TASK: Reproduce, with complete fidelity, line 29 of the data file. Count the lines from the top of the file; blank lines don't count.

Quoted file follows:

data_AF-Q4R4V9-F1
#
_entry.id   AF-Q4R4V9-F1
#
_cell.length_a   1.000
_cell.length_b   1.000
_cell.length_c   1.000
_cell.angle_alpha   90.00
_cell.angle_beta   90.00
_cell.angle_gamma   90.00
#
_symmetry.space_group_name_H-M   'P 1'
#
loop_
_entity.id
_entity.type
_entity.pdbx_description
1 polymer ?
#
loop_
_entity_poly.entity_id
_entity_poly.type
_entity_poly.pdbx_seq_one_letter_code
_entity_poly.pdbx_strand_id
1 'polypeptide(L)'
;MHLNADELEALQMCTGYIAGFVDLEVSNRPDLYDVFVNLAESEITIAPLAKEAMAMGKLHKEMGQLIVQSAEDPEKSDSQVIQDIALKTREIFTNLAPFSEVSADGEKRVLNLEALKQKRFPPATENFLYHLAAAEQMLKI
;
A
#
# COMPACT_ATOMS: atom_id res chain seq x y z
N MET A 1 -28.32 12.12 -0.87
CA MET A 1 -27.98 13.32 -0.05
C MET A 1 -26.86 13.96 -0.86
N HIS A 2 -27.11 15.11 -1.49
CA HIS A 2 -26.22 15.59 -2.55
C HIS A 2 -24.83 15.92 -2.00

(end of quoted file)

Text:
#